The land is mine (I think)

At 8.30am I arrived at Harare’s passport office in the registrar general’s building next to the once-famous Prince Edward High School.

The building I’d last entered seven years before was a shadow of its former self. The ceiling was peeling and covered in brown stains like old tears. Tired people lined up next to doors with numbers and shuffled blindly from room to room.

I joined a quick-moving line and soon faced a bored lady at the counter who sneered at me and demanded to know my business.
I nervously explained. “This is the line for ETGs,” she spat—the useless Emergency Travel Document that cost Z$20-billion and would take me only as far as South Africa at best. Those were the days before the Zim dollar was abandoned as the official currency.

“Do you have forex?” she spat again. “Yes, ma’am.” “Then go to Room 6.” I was waved off before I could ask any more questions. So I found Room 6 and joined the tired queue.

Inside was a man who understood what sitting in his chair meant in relation to those who were waiting to have an audience with him—and he milked it for all it was worth. Sucking his teeth, he held out his hand for my documents and demanded to see the money. Then he triumphantly dismissed me by telling me I was missing my original birth certificate.

It was now 11.30am. I rushed home and quickly returned with the missing documents, making a detour to Room 108 to get photocopies. Z$600-million later I was handed two poor-quality copies with which I rushed to Room 6. “Mr Important” then signed my copies and sent me to another window where I was to pay US$20 for an application form and get a receipt, at which time Mr Important would hand me another form. Back home I filled out this form and enjoyed a restless night in anticipation of Day 2.

Day 2. I arrived as the office doors were opening and joined the anxious crowd. Security made everyone queue according to the room they needed to go to. Room 6 was ushered in first. Mr Important hardly looked at my documents as he scribbled and then ordered me to go to Room 8.

There I encountered a stagnant line: the computer system was down. We were handed numbers and told to go and wait outside; we would be called once the system was back up. Half of the hundreds of milling people abandoned ship. I stayed and waited with the other half in a room plastered wall to wall with old files—the documents of many long gone.

Speculating on what might be wrong with the computers, we settled on the filth caked on the machines—perhaps the answer to our problems was just a thorough cleaning away. Waiting, a few mamas read self-improvement books and joked lightly with the officials. An Indian couple grabbed every official in sight demanding to know why the machines were down. A few overweight, red-faced farmers went in and out of rooms, looking frustrated behind a security guard who walked with an assumed authority.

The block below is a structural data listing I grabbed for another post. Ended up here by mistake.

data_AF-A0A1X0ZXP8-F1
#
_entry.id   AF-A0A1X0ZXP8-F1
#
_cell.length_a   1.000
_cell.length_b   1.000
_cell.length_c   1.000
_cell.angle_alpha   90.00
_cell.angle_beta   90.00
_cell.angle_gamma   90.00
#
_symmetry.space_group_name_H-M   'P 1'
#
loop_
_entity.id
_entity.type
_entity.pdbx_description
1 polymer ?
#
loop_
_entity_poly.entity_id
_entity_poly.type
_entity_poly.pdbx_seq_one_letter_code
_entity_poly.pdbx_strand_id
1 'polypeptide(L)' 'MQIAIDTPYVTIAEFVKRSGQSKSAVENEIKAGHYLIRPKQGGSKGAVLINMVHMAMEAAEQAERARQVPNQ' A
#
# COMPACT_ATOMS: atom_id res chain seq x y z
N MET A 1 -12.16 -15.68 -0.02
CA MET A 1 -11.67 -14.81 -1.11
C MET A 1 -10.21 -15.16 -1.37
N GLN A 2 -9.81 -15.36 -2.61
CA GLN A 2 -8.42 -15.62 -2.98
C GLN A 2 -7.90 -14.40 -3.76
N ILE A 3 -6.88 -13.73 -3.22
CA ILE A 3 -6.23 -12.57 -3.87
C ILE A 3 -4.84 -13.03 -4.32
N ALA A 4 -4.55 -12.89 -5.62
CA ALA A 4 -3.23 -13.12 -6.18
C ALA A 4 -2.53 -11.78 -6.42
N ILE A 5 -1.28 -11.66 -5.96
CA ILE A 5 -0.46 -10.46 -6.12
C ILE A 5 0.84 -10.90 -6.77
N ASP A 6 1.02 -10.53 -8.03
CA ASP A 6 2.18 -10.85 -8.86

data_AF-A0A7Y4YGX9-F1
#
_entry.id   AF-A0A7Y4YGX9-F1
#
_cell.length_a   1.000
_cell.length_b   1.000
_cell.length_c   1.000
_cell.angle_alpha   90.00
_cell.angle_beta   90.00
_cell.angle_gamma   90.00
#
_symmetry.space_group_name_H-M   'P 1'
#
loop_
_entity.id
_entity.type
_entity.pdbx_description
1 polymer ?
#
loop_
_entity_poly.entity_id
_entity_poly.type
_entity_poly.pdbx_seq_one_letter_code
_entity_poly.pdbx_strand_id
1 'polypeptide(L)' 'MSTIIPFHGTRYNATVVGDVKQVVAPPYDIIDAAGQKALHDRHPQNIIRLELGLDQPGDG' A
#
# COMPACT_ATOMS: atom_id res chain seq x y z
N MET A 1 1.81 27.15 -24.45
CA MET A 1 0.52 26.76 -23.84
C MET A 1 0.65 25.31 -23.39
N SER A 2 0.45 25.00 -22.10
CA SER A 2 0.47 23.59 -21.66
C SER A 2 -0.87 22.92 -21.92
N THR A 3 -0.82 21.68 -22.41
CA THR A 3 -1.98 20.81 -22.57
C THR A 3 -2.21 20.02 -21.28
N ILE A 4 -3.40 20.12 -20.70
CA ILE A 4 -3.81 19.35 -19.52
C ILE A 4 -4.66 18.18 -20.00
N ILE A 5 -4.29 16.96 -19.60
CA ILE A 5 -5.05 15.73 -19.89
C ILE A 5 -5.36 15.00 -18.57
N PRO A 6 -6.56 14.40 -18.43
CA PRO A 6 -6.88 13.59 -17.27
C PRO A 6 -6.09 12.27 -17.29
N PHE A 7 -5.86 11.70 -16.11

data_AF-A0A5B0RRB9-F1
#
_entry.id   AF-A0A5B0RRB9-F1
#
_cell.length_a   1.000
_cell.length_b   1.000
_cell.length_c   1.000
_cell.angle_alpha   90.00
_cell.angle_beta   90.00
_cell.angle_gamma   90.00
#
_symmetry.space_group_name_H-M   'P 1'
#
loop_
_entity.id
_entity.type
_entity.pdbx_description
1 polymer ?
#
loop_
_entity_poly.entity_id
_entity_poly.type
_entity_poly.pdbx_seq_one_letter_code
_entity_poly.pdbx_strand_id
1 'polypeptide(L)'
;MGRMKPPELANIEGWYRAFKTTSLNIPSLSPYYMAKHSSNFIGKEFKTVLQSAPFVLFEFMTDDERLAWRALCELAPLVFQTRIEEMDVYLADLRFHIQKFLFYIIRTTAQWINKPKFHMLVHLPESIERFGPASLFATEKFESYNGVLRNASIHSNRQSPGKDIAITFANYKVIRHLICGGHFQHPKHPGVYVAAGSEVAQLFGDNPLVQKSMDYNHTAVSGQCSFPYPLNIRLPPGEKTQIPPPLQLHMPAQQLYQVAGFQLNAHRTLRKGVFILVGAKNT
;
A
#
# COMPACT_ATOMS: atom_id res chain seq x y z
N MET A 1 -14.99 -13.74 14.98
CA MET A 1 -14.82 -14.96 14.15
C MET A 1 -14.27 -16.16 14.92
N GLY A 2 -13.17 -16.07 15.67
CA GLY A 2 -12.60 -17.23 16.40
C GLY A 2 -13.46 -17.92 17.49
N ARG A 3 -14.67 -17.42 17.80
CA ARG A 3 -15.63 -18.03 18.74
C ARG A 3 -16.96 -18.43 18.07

Someone jokingly urged an officer to give the computers another try and surprisingly that worked. Thanks to those who had abandoned ship, Room 8 swiftly punched my information into the computer, fingerprinted me, glued on my pictures and stamped them.

Then I had to go to another window to pay at last for my passport. There I took a number (23) and waited. The officials were “having tea” behind the shuttered window. When they eventually resumed work, the numbers were in the 40s. Officials wrote down the serial number of every banknote handed to them; we were looking at US$650 for every person, so this was going to be an agonising wait. I got comfortable in the queue and started talking about the good old days with the others. Most were renewing expired passports for relatives who had left Zimbabwe for greener pastures.

As my turn neared, a man approached and offered to pay me if I would process his passport with mine. Embarrassed and surprised, I politely declined and looked away towards the six-foot banner splashed with Mugabe’s grinning image proclaiming that the land was mine.

At the window I paid up and was handed a green receipt and directed to Room 4. There I joined another queue and in time met a man behind a Dell computer spitting into his phone about some clandestine meeting. He did not seem to notice me, carelessly checked my documents against what he had in his computer and told me to come back on seven working days. It turned out he really meant two weeks.

Cathrene Tarukwasha is a self-employed personal assistant for busy individuals, speaks five languages, was educated in the United States and spent much of her adult life in Shanghai, China. She recently returned to Zimbabwe and now lives in Harare

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